A Slate writer on Sunday posted the first two articles in a series about a trove of report cards from a girls’ vocational school in New York City that he discovered in the basement of an old school building. It sounds like there will be some fascinating stories from his efforts to to learn more about what happened to the school’s graduates — some of whom may be the grandparents of today’s teachers and students:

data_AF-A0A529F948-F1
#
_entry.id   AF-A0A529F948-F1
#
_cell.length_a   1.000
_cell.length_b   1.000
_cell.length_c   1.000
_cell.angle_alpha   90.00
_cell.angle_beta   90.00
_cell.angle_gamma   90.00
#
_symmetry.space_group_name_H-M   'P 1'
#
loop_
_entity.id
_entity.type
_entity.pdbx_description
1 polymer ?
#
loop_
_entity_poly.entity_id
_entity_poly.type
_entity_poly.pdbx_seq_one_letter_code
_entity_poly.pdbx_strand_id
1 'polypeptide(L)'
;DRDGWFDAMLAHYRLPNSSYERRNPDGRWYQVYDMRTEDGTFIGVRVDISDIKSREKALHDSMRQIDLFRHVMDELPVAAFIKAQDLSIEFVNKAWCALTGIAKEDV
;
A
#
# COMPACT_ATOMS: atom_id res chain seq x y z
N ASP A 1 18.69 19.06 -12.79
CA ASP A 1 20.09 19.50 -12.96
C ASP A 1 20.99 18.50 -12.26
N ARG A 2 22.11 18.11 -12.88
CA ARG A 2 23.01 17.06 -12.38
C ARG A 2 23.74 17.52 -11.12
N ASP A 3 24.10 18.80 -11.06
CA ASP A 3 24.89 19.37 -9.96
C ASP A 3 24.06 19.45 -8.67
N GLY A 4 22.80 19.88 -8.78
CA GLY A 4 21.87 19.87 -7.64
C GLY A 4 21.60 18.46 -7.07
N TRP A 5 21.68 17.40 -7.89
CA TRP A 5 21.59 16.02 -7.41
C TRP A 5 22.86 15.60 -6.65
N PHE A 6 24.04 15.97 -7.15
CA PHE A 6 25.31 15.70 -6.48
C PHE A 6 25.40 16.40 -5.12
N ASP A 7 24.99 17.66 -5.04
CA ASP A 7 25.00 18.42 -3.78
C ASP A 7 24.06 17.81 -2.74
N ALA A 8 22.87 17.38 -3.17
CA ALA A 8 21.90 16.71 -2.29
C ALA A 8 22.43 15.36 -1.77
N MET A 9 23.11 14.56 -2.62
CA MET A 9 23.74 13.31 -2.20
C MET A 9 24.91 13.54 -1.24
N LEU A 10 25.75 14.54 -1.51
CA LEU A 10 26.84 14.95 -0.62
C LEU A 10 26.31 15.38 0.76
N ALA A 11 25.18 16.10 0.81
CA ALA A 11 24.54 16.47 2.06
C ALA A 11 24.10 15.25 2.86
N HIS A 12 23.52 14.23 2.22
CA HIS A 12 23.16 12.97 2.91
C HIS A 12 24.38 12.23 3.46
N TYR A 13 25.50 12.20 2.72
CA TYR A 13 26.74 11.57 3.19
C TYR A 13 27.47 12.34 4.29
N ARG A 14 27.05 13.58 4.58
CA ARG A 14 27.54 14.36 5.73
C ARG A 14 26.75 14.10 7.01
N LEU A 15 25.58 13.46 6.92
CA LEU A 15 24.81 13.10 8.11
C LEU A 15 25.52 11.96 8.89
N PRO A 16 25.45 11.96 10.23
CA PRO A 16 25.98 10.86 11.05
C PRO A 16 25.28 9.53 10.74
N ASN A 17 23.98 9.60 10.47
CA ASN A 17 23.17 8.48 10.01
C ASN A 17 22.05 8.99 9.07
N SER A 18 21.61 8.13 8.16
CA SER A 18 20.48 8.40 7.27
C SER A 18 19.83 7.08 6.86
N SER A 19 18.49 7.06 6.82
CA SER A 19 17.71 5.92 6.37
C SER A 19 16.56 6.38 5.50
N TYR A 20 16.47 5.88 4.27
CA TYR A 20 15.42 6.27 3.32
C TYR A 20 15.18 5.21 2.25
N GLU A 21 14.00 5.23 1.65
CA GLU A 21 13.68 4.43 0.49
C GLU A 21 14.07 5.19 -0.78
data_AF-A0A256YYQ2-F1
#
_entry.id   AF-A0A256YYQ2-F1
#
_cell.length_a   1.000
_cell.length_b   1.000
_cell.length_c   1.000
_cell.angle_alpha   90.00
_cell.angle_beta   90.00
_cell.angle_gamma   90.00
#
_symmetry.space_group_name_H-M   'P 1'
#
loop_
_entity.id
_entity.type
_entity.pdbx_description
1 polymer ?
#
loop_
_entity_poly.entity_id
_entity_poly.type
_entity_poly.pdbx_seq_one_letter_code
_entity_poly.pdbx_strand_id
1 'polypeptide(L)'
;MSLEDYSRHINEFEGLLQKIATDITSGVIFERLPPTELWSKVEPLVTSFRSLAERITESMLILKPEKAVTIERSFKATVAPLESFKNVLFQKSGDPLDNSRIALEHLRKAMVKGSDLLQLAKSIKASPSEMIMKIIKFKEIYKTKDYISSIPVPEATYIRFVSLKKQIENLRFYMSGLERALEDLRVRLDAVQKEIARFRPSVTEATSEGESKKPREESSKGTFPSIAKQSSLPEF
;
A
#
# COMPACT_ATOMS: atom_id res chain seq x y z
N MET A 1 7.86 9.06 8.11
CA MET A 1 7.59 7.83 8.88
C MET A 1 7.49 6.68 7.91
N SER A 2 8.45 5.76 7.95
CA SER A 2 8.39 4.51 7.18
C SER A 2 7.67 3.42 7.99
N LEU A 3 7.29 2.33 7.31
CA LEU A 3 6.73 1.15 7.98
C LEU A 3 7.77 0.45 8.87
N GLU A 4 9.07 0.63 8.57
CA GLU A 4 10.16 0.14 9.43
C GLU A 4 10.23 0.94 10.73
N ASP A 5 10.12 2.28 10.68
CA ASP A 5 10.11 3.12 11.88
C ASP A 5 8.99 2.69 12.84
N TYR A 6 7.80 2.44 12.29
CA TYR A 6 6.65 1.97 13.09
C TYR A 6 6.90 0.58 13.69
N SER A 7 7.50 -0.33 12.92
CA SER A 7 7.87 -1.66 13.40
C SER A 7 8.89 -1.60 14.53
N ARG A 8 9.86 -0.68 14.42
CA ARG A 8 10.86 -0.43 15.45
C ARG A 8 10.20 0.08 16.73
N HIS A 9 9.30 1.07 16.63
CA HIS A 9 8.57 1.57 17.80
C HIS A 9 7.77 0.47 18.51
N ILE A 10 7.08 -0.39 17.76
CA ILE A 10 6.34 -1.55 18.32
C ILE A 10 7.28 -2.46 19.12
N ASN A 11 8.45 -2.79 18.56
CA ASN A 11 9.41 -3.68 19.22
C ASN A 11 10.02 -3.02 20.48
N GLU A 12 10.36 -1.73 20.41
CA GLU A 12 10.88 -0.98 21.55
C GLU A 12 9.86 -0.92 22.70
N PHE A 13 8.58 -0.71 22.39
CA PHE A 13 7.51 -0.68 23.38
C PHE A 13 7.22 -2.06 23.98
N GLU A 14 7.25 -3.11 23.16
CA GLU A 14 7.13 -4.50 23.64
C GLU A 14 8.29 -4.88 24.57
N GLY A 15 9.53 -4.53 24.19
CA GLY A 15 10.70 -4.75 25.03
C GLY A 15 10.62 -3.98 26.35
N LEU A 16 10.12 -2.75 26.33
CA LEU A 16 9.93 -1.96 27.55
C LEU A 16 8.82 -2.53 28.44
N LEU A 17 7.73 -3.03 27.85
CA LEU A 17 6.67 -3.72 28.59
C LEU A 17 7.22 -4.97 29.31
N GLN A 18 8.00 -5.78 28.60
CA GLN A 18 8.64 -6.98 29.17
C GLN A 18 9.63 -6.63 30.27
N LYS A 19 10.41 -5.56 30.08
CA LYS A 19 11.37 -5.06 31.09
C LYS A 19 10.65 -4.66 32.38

I opened one of the drawers and was surprised to find hundreds, maybe thousands, of old report cards. Oddly, they were not for Stuyvesant High students. They were all for teenaged girls who’d attended some sort of trade school back in the early 1900s. Many of the report cards featured small photographs of the students, and most of them were loaded with unusually vivid commentary about everything from the students’ study habits to their personal appearance (one girl, who apparently had red hair, was described as a “real carrot-head”), all rendered in impossibly perfect fountain-pen script. I was immediately smitten.